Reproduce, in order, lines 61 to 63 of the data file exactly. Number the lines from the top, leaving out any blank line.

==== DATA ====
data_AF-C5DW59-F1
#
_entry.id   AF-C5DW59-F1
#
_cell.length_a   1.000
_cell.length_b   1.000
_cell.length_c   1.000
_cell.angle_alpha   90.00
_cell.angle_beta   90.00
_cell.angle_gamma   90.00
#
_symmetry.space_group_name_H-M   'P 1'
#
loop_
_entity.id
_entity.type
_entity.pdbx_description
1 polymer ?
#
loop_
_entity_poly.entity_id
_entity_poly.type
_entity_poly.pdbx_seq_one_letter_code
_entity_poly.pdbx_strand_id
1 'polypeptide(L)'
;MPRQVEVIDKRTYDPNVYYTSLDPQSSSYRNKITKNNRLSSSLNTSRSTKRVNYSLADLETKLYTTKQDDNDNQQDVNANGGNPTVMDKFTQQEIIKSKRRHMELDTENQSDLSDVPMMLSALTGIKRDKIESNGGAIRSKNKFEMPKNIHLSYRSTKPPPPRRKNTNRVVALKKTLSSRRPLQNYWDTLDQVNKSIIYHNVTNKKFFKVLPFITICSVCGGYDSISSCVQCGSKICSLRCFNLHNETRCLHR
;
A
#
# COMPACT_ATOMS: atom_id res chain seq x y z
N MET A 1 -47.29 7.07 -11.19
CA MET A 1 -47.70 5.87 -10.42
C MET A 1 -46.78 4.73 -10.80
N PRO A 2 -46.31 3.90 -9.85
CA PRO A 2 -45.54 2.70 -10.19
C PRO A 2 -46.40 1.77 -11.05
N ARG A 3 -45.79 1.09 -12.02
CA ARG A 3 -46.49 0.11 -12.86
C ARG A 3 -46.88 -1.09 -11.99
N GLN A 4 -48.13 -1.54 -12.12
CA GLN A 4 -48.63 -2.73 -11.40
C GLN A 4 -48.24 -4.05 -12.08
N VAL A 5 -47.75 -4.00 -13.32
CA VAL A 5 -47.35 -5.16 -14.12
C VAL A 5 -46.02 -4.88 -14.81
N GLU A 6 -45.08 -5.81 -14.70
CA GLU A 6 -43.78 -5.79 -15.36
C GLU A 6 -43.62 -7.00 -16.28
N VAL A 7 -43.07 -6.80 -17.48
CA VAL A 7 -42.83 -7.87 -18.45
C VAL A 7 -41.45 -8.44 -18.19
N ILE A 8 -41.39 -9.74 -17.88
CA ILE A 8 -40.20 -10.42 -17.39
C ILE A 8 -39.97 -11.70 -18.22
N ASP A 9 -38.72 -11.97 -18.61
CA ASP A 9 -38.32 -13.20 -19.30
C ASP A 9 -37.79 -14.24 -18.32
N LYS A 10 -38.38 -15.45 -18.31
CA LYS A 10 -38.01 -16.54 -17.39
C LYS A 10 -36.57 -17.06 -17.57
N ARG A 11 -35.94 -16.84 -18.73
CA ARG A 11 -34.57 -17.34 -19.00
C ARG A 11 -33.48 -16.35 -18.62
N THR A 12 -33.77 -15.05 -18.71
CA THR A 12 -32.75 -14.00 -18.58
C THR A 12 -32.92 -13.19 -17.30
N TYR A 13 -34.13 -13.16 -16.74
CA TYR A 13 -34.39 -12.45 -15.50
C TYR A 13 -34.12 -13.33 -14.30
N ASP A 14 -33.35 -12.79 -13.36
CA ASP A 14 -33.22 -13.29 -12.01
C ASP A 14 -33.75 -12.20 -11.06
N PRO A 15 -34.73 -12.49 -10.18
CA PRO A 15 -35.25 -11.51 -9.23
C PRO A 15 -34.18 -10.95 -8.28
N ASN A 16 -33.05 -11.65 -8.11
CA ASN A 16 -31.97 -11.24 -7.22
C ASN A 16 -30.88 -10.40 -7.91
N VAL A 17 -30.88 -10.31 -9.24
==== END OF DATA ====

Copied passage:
N ARG A 11 -35.94 -16.84 -18.73
CA ARG A 11 -34.57 -17.34 -19.00
C ARG A 11 -33.48 -16.35 -18.62